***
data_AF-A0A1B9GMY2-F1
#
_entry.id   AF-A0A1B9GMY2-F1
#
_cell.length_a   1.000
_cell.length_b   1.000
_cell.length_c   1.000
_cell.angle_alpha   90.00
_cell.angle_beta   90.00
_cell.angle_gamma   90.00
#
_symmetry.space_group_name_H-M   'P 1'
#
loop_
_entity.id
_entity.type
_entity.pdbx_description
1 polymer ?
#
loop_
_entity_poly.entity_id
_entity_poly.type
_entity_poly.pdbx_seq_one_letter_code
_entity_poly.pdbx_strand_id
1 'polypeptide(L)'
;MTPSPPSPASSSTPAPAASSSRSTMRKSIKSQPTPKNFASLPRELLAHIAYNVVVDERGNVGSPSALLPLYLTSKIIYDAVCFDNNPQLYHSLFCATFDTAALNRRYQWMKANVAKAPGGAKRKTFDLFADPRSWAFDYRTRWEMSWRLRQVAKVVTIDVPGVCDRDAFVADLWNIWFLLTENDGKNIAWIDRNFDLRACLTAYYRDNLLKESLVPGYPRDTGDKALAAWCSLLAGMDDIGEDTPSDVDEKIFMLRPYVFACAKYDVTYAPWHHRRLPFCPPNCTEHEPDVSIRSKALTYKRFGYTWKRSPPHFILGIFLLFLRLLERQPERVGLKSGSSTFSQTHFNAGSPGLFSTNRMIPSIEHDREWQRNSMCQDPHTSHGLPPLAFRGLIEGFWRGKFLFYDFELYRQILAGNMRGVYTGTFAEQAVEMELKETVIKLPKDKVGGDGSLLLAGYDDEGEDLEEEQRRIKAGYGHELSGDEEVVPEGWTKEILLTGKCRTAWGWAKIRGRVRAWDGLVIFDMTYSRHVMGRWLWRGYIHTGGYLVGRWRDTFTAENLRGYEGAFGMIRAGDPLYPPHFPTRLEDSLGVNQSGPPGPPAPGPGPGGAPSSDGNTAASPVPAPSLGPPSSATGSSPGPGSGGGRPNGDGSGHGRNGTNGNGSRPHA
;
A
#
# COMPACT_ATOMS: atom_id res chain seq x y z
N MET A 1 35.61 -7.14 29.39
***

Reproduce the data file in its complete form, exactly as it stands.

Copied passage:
data_AF-A0A1B9GMY2-F1
#
_entry.id   AF-A0A1B9GMY2-F1
#
_cell.length_a   1.000
_cell.length_b   1.000
_cell.length_c   1.000
_cell.angle_alpha   90.00
_cell.angle_beta   90.00
_cell.angle_gamma   90.00
#
_symmetry.space_group_name_H-M   'P 1'
#
loop_
_entity.id
_entity.type
_entity.pdbx_description
1 polymer ?
#
loop_
_entity_poly.entity_id
_entity_poly.type
_entity_poly.pdbx_seq_one_letter_code
_entity_poly.pdbx_strand_id
1 'polypeptide(L)'
;MTPSPPSPASSSTPAPAASSSRSTMRKSIKSQPTPKNFASLPRELLAHIAYNVVVDERGNVGSPSALLPLYLTSKIIYDAVCFDNNPQLYHSLFCATFDTAALNRRYQWMKANVAKAPGGAKRKTFDLFADPRSWAFDYRTRWEMSWRLRQVAKVVTIDVPGVCDRDAFVADLWNIWFLLTENDGKNIAWIDRNFDLRACLTAYYRDNLLKESLVPGYPRDTGDKALAAWCSLLAGMDDIGEDTPSDVDEKIFMLRPYVFACAKYDVTYAPWHHRRLPFCPPNCTEHEPDVSIRSKALTYKRFGYTWKRSPPHFILGIFLLFLRLLERQPERVGLKSGSSTFSQTHFNAGSPGLFSTNRMIPSIEHDREWQRNSMCQDPHTSHGLPPLAFRGLIEGFWRGKFLFYDFELYRQILAGNMRGVYTGTFAEQAVEMELKETVIKLPKDKVGGDGSLLLAGYDDEGEDLEEEQRRIKAGYGHELSGDEEVVPEGWTKEILLTGKCRTAWGWAKIRGRVRAWDGLVIFDMTYSRHVMGRWLWRGYIHTGGYLVGRWRDTFTAENLRGYEGAFGMIRAGDPLYPPHFPTRLEDSLGVNQSGPPGPPAPGPGPGGAPSSDGNTAASPVPAPSLGPPSSATGSSPGPGSGGGRPNGDGSGHGRNGTNGNGSRPHA
;
A
#
# COMPACT_ATOMS: atom_id res chain seq x y z
N MET A 1 35.61 -7.14 29.39